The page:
It has been a long time that we have been occasionally using promoted posts and they aren’t that expensive yet. Because of the changes that have taken place, one would have to resort to promoting posts at regular intervals. Again very keen attention would have to be paid over the post here. It would have to be visual or otherwise something that is bound to generate a lead or at least some activity. The more the engagement one gathers here, the more the visibility of his page’s future posts probably. So once or twice in a week if possible, promoted posts would be a good idea.

3. Narrowing your targets
The reason I have to mention this, is that, the competition for advertising is bound to increase. Since the advent of targeting options while advertising, be it Facebook or Google Adwords (where it has been there almost from the start), I have always been very particular about using them. Gaining likes or engagement of random people who might not be interested in your actual product, or promoting to an audience to which your service is not relevant, is often a waste of monetary investment, and also at times leads to accumulation of a passive inactive audience. Now that promoted posts/pages are going to work all the more over regular posts, the competition might rise and the bids might get higher with time too. So to make sure one makes the most of his investment, it would be great if one could figure out the narrow band of his target audience and then go expanding the spectrum gradually.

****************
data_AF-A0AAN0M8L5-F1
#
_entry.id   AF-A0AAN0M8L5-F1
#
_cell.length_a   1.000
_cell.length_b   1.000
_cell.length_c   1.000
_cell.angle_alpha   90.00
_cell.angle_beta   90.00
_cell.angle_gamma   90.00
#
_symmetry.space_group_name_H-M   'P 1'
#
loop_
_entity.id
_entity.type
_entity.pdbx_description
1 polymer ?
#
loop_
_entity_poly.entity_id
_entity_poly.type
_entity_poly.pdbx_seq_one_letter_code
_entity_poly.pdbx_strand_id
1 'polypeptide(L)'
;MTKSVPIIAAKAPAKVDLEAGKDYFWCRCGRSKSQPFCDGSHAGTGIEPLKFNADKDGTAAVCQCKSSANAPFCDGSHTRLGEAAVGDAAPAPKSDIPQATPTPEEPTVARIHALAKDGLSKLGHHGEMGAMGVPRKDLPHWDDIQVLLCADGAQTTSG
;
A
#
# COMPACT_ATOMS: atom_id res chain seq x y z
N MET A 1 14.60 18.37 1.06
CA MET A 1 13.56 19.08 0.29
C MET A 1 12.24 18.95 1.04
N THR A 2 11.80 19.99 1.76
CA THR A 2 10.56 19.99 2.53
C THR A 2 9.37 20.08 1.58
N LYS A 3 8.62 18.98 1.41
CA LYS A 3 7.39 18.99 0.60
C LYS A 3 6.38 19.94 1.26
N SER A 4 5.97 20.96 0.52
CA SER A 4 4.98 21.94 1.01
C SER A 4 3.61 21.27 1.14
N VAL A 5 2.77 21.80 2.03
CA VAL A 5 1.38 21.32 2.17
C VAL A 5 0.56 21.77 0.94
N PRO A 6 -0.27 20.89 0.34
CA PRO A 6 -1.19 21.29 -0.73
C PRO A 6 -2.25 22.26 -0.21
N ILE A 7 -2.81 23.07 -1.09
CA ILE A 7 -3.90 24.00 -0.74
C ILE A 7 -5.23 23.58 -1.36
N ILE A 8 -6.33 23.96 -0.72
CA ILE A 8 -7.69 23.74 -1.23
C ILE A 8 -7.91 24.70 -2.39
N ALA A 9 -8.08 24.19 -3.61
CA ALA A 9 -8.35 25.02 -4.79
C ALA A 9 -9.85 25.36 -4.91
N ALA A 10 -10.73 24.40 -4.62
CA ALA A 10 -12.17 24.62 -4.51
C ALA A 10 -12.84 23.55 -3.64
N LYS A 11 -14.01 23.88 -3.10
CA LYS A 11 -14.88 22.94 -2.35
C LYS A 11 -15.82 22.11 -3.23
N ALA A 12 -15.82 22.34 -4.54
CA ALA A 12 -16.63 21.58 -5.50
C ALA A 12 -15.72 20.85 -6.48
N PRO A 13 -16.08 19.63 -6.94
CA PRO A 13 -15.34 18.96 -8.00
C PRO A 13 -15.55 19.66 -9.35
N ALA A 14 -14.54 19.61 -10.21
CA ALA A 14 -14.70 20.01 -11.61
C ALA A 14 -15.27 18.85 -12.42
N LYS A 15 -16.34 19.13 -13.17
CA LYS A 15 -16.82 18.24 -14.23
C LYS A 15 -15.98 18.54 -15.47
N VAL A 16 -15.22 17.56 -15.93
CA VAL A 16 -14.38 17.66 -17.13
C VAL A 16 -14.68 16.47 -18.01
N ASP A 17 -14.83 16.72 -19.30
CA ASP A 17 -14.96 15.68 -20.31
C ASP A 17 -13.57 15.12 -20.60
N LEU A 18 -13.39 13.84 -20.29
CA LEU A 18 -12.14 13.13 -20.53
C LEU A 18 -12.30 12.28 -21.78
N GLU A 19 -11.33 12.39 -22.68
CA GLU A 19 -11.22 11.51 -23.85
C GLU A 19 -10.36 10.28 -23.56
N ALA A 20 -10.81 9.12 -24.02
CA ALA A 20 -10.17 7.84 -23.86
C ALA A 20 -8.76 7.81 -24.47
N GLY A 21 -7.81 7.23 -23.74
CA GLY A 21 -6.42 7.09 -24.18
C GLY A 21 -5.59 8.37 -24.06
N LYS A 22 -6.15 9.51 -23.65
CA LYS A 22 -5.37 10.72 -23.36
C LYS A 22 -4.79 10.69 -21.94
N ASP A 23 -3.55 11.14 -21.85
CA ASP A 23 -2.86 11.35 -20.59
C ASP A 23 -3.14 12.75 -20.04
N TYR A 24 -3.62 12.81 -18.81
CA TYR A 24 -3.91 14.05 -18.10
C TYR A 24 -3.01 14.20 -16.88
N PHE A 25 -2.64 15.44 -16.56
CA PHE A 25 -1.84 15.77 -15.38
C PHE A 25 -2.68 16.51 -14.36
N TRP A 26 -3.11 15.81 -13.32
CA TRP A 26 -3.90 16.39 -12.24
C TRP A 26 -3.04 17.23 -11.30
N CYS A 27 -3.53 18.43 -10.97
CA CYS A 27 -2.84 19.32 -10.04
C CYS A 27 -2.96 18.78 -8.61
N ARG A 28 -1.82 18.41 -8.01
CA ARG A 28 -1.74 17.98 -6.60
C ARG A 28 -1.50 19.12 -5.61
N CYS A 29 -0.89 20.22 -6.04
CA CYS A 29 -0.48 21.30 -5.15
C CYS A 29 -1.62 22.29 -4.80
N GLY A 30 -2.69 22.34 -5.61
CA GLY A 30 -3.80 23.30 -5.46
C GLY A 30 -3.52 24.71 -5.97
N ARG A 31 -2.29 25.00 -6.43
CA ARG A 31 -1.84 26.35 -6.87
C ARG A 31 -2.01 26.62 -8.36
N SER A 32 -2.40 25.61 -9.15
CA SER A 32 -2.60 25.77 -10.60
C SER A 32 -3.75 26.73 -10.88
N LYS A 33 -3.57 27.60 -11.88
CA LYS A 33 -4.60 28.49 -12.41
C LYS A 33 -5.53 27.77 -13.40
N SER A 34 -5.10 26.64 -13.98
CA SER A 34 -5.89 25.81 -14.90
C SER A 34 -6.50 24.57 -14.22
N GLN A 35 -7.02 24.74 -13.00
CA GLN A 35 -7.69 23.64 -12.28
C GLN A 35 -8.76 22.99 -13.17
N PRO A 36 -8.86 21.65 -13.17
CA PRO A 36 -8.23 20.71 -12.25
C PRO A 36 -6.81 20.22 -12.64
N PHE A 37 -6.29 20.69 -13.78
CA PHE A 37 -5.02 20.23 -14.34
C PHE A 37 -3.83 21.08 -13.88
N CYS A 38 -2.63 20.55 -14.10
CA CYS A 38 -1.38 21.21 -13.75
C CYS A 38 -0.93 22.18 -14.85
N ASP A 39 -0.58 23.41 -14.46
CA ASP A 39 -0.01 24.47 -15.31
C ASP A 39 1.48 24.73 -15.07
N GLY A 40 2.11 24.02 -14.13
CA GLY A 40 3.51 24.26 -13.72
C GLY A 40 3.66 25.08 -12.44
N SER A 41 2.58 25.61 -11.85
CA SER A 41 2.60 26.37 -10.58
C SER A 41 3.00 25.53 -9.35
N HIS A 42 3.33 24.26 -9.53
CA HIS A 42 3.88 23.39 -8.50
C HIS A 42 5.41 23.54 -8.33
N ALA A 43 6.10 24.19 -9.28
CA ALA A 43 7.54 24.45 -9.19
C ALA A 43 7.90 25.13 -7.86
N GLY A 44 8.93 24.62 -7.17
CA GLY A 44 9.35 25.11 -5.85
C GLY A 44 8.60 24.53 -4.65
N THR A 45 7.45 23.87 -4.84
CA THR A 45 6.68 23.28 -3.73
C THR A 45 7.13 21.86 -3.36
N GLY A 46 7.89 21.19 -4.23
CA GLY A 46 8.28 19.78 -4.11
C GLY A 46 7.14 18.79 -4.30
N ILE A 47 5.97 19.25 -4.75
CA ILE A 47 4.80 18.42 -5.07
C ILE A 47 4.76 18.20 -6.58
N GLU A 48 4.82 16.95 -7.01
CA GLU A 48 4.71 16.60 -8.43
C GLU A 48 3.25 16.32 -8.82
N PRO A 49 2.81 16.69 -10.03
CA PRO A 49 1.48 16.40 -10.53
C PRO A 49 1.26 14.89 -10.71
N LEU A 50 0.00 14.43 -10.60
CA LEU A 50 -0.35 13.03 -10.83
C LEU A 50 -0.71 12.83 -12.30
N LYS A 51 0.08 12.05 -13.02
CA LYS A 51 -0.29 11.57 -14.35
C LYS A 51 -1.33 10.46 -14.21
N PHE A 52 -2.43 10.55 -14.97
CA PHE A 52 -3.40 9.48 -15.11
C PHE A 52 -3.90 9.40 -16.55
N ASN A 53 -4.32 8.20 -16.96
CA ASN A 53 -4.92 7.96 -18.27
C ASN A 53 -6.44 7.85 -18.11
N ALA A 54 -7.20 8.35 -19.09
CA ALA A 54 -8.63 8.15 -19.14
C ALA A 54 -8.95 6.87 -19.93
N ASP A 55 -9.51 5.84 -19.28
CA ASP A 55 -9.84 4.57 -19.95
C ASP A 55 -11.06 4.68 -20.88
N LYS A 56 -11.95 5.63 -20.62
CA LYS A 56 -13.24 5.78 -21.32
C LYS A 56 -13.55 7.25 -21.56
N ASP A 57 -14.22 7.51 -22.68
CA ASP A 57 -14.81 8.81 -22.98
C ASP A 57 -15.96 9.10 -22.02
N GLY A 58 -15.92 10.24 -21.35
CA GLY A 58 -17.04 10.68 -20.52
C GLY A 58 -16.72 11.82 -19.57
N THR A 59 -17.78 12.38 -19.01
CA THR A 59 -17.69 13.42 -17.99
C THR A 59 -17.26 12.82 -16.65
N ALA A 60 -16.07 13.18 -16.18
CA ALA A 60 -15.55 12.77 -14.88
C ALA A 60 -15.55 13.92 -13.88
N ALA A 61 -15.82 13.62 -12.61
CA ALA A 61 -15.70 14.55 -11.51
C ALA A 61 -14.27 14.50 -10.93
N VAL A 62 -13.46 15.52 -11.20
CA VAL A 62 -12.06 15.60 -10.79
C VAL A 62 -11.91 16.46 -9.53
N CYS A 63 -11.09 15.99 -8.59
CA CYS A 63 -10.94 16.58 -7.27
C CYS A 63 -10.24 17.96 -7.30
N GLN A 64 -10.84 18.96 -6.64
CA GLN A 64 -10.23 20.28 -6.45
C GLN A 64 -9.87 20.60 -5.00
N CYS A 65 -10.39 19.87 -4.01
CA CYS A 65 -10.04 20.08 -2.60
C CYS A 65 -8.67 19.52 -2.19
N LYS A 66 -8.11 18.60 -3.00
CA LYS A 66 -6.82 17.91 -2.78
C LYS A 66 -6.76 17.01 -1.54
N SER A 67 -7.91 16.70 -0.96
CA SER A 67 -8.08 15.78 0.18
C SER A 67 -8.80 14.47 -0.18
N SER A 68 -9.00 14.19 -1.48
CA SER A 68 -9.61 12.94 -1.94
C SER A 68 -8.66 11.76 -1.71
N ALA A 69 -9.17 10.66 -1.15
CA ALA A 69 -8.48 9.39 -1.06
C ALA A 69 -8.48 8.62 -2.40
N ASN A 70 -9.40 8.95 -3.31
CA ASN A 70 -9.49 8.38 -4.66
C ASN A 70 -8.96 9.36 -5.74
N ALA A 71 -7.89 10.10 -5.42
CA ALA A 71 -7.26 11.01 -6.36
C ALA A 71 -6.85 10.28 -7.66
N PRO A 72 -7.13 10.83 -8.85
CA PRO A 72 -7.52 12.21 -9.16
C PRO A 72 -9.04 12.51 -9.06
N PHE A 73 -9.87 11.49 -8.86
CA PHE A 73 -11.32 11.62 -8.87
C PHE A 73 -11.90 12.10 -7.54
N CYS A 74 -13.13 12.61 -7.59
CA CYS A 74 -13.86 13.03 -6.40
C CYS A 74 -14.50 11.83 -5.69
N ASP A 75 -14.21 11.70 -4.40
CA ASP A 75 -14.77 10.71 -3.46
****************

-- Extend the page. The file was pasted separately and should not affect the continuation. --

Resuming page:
4. Start using other platforms if you haven’t started yet
This is something that is always recommended. It is a general assumption (though sometimes, even a reality) that it takes a lot of effort to be active on one more social media platform. But it’s a must in today’s age. The whole social media sphere is very dynamic in nature, and if one is looking to create and maintain credibility that lasts really long, his brand should be up to date across multiple platforms AND importantly be in sync with the specific culture of each of the social media sites. (Once again, having the exact same posts across Twitter as well as Facebook is not cool. #OneOfTheManyReasons)

I have skipped the tip of using blog as that has already been covered as a valid and sound point in multiple articles so far. There sure are more ways that might be helpful while countering this change that Facebook has implemented, and I would like to know any such ideas or your personal take in the comments below.